The daily business briefing: November 17, 2023

GM union workers approve strike-ending contract, Walmart's CEO says food deflation is coming, and more

UAW workers approve GM contract
UAW workers approve GM contract
(Image credit: Kevin Wurm / Bloomberg via Getty Images)

1. GM union members approve contract that ended strike

United Auto Workers members at General Motors have voted to approve the new contract their union negotiated with the company. The approval made GM the first of Detroit's Big Three automakers to get a contract ratified after union members ended punishing strikes. The contract's fate had come into question when narrow majorities of workers at several GM plants opposed it. Overall, the contract passed by about 3,400 votes, with 54.7% in favor. As of Thursday, larger majorities had backed the contracts negotiated with the other two automakers targeted in the strike. At Ford, 66.7% of workers were in favor, while at Stellantis (Chrysler) the figure was 66.5%, according to the UAW website. The Associated Press

2. Walmart CEO says food prices should soon fall

Walmart CEO Doug McMillon said Thursday that food prices could start falling soon after three years of steady price hikes. Food prices have jumped 25% since the start of the coronavirus pandemic. But the pace of food inflation has slowed in recent months, with prices rising just 3.3% on an annual basis in October, according to the Labor Department. Prices on some staples, including bacon, seafood and eggs, have dropped, as have prices on other goods like appliances and phones. "We may see dry grocery and consumables start to deflate in the coming weeks and months," McMillon said. Walmart reported strong quarterly sales on Thursday, but gave a cautious outlook as shoppers cut spending, sending its stock falling 6%. CNN, The Associated Press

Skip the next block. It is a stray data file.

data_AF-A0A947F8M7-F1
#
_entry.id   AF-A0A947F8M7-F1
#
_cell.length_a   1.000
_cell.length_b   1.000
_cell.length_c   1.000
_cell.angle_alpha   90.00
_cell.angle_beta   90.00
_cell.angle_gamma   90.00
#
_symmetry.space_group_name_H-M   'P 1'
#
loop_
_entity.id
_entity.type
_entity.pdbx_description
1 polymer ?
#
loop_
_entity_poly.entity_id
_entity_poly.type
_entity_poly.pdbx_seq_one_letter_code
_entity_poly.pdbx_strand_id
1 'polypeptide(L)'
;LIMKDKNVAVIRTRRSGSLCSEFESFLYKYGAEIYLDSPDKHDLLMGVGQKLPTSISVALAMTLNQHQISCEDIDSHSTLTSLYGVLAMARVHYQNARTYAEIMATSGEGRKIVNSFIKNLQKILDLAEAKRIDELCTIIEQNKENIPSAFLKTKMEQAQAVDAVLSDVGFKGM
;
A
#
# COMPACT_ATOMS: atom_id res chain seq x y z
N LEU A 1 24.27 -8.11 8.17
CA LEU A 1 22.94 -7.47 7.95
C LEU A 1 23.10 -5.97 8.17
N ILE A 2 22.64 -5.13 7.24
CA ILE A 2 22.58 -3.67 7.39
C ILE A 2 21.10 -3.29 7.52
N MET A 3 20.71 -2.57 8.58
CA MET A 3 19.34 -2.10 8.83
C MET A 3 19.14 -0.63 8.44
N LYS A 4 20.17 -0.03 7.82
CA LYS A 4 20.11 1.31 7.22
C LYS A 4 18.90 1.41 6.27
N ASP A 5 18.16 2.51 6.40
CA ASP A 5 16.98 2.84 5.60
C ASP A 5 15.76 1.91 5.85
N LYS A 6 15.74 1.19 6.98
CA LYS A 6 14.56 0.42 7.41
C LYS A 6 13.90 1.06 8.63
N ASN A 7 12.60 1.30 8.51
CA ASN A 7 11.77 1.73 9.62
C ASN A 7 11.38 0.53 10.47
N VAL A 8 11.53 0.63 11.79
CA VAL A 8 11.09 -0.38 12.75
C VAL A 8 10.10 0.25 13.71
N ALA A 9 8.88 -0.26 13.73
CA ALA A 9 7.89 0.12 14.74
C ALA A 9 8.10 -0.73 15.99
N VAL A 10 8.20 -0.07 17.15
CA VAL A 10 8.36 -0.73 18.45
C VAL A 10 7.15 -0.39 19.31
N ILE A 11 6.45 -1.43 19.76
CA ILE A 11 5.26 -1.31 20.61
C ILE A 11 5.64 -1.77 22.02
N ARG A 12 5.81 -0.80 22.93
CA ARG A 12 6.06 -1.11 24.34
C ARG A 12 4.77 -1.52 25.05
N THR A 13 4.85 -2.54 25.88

3. Hyundai reaches deal with Amazon to sell vehicles online

Amazon plans to start selling Hyundai vehicles next year, the two companies announced Thursday. Building on a deal announced two years ago, the companies plan to expand Hyundai's digital showroom on to let customers select, equip and purchase vehicles through the site, then schedule delivery through a Hyundai dealer. Under the agreement, buyers will also be able to connect with Amazon's Alexa voice assistant from new Hyundai vehicles starting in 2025. "Partnering with one of the world's most customer-centric organizations unlocks incredible opportunities," Hyundai Motor CEO Jay Chang said in a statement. Reuters

Subscribe to The Week

Escape your echo chamber. Get the facts behind the news, plus analysis from multiple perspectives.


Sign up for The Week's Free Newsletters

From our morning news briefing to a weekly Good News Newsletter, get the best of The Week delivered directly to your inbox.

From our morning news briefing to a weekly Good News Newsletter, get the best of The Week delivered directly to your inbox.

Sign up

4. Stock futures edge higher after rally fueled by inflation data

U.S. stock futures rose slightly early Friday after fluctuating overnight. Futures tied to the Dow Jones Industrial Average and the S&P 500 were up 0.3% and 0.2%, respectively, at 6:30 a.m. ET. Nasdaq futures were flat as earnings continued to roll in. Gap shares jumped 15% in after-hours trading after the clothing retailer posted better-than-expected third-quarter earnings. ChargePoint shares plunged 29% after the electric vehicle charging network company announced a management shakeup and lowered its revenue forecast. All three of the main U.S. benchmark indexes are on track to post weekly gains after a mixed day Thursday followed a rally fueled by cooler-than-expected inflation data. CNBC

5. Morgan Stanley fined for data security failures

Morgan Stanley has agreed to pay a $6.5 million fine in a deal with state attorneys general over the exposure of millions of customers' personal data, The Wall Street Journal reported. Some of the information was compromised when Morgan Stanley, doing business as Morgan Stanley Smith Barney LLC, didn't erase unencrypted data in certain computer devices later sold at auction, according to New York Attorney General Letitia James. Other failures included hiring an inexperienced moving company to decommission thousands of hard drives and servers that held sensitive data, and leaving out 42 servers during a decommissioning process. The company, which also agreed to take steps to boost data security, said it previously "notified all potentially impacted clients." The Wall Street Journal

Continue reading for free

We hope you're enjoying The Week's refreshingly open-minded journalism.

Subscribed to The Week? Register your account with the same email as your subscription.